: "C(K) xor "$1000.00" xor "$1000.00" xor "$9500.00" = C(K) xor "$9500.00"

which is what our ciphertext would have been if $9500 were the correct amount. "See also: malleability (cryptography)."

Substitution attacks are prevented by including message authentication code to increase the likelihood that tampering will be detected.


Wikimedia Foundation. 2010.

Look at other dictionaries:

  • Stream cipher — The operation of the keystream generator in A5/1, a LFSR based stream cipher used to encrypt mobile phone conversations. In cryptography, a stream cipher is a symmetric key cipher where plaintext digits are combined with a pseudorandom cipher… …   Wikipedia

  • Quick Stream Cipher — (QUISCI) ist ein für Software optimierter symmetrischer Stromchiffrierer, welcher zur Verschlüsselung von Daten geeignet ist. Er wurde 2001 von Stefan Müller (FGAN FHR) entwickelt. Inhaltsverzeichnis 1 Merkmale 2 Kern des Algorithmus 3 Sicherheit …   Deutsch Wikipedia

  • Cipher — For other uses, see Cipher (disambiguation). Edward Larsson s rune cipher resembling that found on the Kensington Runestone. Also includes runically unrelated blackletter writing style and pigpen cipher. In cryptography, a cipher (or cypher) is… …   Wikipedia

  • Cipher security summary — This article summarizes publicly known attacks against ciphers. Note that not all entries may be up to date. Table color key No known successful attacks Theoretical break Attack demonstrated in practice The Best attack column lists the complexity …   Wikipedia

  • Ciphertext-only attack — In cryptography, a ciphertext only attack (COA) or known ciphertext attack is an attack model for cryptanalysis where the attacker is assumed to have access only to a set of ciphertexts. The attack is completely successful if the corresponding… …   Wikipedia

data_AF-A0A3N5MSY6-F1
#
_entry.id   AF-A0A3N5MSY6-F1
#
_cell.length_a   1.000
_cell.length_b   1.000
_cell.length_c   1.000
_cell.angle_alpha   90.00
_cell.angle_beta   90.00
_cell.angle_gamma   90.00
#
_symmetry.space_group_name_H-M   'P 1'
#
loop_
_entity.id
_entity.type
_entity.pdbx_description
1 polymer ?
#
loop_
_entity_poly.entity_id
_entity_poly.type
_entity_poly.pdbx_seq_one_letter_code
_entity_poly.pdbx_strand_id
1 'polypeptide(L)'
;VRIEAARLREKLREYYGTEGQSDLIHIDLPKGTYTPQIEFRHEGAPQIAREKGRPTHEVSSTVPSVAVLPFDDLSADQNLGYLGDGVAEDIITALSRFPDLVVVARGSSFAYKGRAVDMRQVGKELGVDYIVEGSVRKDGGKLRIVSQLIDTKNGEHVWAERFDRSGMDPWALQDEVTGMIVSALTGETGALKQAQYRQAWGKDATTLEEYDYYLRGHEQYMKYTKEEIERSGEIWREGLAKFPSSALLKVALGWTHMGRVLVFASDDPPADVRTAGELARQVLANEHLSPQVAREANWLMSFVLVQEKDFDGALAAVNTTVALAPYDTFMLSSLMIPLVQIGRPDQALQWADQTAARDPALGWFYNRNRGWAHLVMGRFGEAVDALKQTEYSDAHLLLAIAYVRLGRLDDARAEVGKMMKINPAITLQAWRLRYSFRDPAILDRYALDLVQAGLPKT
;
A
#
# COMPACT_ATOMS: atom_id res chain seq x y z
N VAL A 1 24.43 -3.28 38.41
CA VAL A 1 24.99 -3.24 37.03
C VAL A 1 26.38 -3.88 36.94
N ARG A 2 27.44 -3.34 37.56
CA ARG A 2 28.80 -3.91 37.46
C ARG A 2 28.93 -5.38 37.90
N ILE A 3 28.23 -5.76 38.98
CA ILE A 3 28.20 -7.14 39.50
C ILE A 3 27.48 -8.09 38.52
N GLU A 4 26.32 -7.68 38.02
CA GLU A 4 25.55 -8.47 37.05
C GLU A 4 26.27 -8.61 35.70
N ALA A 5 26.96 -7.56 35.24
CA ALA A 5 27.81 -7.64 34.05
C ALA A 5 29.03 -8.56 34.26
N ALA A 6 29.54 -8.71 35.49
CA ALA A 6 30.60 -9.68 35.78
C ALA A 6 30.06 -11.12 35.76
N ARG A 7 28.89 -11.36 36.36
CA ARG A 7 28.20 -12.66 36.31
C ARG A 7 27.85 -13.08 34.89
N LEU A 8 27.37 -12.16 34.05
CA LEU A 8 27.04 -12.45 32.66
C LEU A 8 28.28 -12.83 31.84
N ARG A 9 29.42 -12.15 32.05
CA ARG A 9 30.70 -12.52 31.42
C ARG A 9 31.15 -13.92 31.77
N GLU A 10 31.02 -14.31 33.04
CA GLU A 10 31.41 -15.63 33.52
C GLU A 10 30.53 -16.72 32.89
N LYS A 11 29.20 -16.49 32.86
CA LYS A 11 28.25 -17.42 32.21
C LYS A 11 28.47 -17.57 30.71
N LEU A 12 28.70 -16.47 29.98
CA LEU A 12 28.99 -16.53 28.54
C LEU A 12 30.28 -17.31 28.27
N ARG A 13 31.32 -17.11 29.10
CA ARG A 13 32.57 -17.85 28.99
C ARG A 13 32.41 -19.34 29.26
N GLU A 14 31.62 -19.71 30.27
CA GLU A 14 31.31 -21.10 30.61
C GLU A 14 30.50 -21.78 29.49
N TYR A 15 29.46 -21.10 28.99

• Spoofing attack — In the context of network security, a spoofing attack is a situation in which one person or program successfully masquerades as another by falsifying data and thereby gaining an illegitimate advantage. Man in the middle attack and internet… …   Wikipedia

  • Replay attack — A replay attack is a form of network attack in which a valid data transmission is maliciously or fraudulently repeated or delayed. This is carried out either by the originator or by an adversary who intercepts the data and retransmits it,… …   Wikipedia

  • Correlation attack — In cryptography, correlation attacks are a class of known plaintext attacks for breaking stream ciphers whose keystream is generated by combining the output of several linear feedback shift registers (called LFSRs for the rest of this article)… …   Wikipedia

  • Grain (cipher) — Grain is a stream cipher submitted to eSTREAM in 2004 by Martin Hell, Thomas Johansson and Willi Meier. It has been selected for the final eSTREAM portfolio for Profile 2 by the eSTREAM project. Grain is designed primarily for restricted hardware …   Wikipedia

  • Block cipher modes of operation — This article is about cryptography. For method of operating , see modus operandi. In cryptography, modes of operation is the procedure of enabling the repeated and secure use of a block cipher under a single key.[1][2] A block cipher by itself… …   Wikipedia


Share the article and excerpts

Direct link
Do a right-click on the link above
and select “Copy Link”

We are using cookies for the best presentation of our site. Continuing to use this site, you agree with this.